West Nile Virus Cases Found in California

West Nile Virus

A patient diagnosed with West Nile Virus was brought to the attention of medical officials in Contra Costa County in California. The patient has been released from the hospital and is recovering. The West Nile Virus case that was found in California this past week is this year’s first case.

A man in his 60s was diagnosed with West Nile Virus in California. The man was hospitalized and treated, and has already been released to recover at home. It is reported that various birds in Contra Costa County have been identified to be carrying the virus, and residents in the area are encouraged to stay cautious. Another person carried the virus from nearby San Joaquin county.

California is among the top states in the country to record mosquitoes with West Nile Virus. So far, the virus has been tracked in mosquitoes in about 19 counties. The state is also the first state to have had recorded instances of the virus infecting a human. Contra Costa County has not had any fatal cases since 2006. Last year, only five individuals were diagnosed with West Nile Virus, and all five had fast and easy recoveries.

West Nile Virus is a disease that causes inflammation of the brain. It is a bacterial infection transmitted by mosquitos. The virus was first detected in Uganda in 1937.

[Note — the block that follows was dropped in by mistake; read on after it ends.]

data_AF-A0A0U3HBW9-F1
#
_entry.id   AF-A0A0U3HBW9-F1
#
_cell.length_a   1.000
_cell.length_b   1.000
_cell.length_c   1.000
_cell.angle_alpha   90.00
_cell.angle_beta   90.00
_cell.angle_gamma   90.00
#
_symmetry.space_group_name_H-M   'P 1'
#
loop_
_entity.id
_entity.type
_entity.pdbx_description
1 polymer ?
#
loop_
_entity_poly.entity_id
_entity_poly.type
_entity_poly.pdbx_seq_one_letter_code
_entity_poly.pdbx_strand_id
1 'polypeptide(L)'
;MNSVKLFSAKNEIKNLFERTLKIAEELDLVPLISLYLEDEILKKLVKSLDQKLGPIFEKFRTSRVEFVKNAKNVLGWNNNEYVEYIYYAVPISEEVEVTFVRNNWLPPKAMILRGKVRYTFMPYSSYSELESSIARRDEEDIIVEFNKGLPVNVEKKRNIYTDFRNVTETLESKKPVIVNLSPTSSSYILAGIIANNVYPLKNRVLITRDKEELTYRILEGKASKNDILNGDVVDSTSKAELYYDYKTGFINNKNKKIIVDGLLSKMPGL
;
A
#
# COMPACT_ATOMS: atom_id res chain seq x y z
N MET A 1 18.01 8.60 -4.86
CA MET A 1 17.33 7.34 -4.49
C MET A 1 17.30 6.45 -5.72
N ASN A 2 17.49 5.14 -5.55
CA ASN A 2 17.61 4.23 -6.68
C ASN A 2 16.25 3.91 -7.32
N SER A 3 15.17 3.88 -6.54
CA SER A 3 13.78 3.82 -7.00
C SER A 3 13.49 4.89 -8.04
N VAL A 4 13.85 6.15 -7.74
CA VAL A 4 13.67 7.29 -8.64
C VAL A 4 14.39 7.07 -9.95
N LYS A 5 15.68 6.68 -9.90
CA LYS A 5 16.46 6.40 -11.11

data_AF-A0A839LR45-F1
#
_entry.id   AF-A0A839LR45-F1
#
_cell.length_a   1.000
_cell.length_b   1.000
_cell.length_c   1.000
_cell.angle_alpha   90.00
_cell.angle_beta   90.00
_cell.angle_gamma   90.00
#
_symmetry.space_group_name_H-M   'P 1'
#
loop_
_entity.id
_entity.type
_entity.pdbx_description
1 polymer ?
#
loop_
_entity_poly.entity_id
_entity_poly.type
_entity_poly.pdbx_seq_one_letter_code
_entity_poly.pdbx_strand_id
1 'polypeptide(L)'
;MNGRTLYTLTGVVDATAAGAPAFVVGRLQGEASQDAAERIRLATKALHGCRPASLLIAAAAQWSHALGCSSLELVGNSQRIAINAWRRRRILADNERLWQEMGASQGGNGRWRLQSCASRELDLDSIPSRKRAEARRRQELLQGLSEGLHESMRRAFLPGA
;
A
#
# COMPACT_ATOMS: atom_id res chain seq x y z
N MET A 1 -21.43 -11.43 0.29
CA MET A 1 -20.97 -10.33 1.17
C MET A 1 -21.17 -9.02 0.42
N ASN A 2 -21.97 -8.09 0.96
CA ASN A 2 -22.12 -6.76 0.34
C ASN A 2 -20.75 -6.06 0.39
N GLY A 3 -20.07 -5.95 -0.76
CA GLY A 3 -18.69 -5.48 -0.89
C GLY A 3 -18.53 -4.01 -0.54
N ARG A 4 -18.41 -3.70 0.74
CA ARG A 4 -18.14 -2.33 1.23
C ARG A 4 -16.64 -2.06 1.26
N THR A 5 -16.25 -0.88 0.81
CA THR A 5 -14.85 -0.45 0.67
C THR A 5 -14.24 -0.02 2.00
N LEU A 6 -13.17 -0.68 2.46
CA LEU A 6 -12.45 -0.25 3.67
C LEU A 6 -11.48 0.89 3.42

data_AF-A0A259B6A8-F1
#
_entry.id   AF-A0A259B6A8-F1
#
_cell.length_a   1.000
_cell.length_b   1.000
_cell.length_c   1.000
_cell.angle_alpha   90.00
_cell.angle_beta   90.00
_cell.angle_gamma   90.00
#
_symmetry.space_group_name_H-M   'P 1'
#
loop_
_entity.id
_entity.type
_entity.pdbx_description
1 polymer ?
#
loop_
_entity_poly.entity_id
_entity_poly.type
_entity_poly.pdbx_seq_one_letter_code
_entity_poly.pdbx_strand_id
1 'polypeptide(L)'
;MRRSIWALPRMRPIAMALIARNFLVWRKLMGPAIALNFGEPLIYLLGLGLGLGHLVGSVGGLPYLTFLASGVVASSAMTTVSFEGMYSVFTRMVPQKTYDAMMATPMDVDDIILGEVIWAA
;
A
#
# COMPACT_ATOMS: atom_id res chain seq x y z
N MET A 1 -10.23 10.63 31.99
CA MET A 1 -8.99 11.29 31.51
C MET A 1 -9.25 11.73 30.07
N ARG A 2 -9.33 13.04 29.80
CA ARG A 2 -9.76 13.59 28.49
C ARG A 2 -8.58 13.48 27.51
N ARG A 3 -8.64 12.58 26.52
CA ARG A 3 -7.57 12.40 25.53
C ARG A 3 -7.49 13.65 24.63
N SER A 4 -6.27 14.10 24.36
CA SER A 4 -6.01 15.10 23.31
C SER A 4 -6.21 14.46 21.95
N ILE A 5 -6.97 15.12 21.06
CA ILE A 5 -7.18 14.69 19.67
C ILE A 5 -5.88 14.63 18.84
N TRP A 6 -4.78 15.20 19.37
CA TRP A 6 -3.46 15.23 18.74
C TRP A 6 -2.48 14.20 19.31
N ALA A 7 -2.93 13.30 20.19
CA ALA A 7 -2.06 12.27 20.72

People over the age of 50 are the most susceptible to the virus. Usually, people with hypertension and diabetes are more at risk as well. It is still encouraged that families take action to prevent getting mosquito bites this summer. Although insect and mosquito repellents do not fully prevent someone from contracting the disease, it does reduce the overall risk. Most people who receive the virus from a mosquito do not even realize that they have the virus. Some symptoms will not appear in a person.

Though the West Nile Virus can be fatal, it is not common. Some symptoms include fever, body aches, headaches, swollen lymph glands and skin rashes. Though the symptoms are overall basic indications, one should still seek medical attention if they have been recently bitten by a mosquito. Severe symptoms include tremors, paralysis, stiff neck and disorientation.

The virus cannot be transmitted from person-to-person through direct contact, though transmission is still possible in a few instances. It can be transmitted through organ and blood donation, and pregnant mothers who are diagnosed with the disease can transmit it to the fetus. Today, there have been no official records of the disease being transmitted from one person to another.

In 1999, the United States had its first outbreak of West Nile. It occurred in New York, and since then, cases have been reported in 47 states. Since 1999, there have been approximately 30,000 reported cases and 1,200 deaths throughout the country.

Contra Costa County in California found two reported cases of West Nile Virus this past week. Contra Costa is among the 19 counties in California to have reportedly found cases of West Nile Virus in birds and mosquitoes this year. It is encouraged that people in all states remain cautious to the disease and take all the right precautions to prevent the virus from affecting their families.

By Tricia Manalansan

San Jose Mercury News
Merced Sun-Star
The Sacramento Bee
Medicine Net

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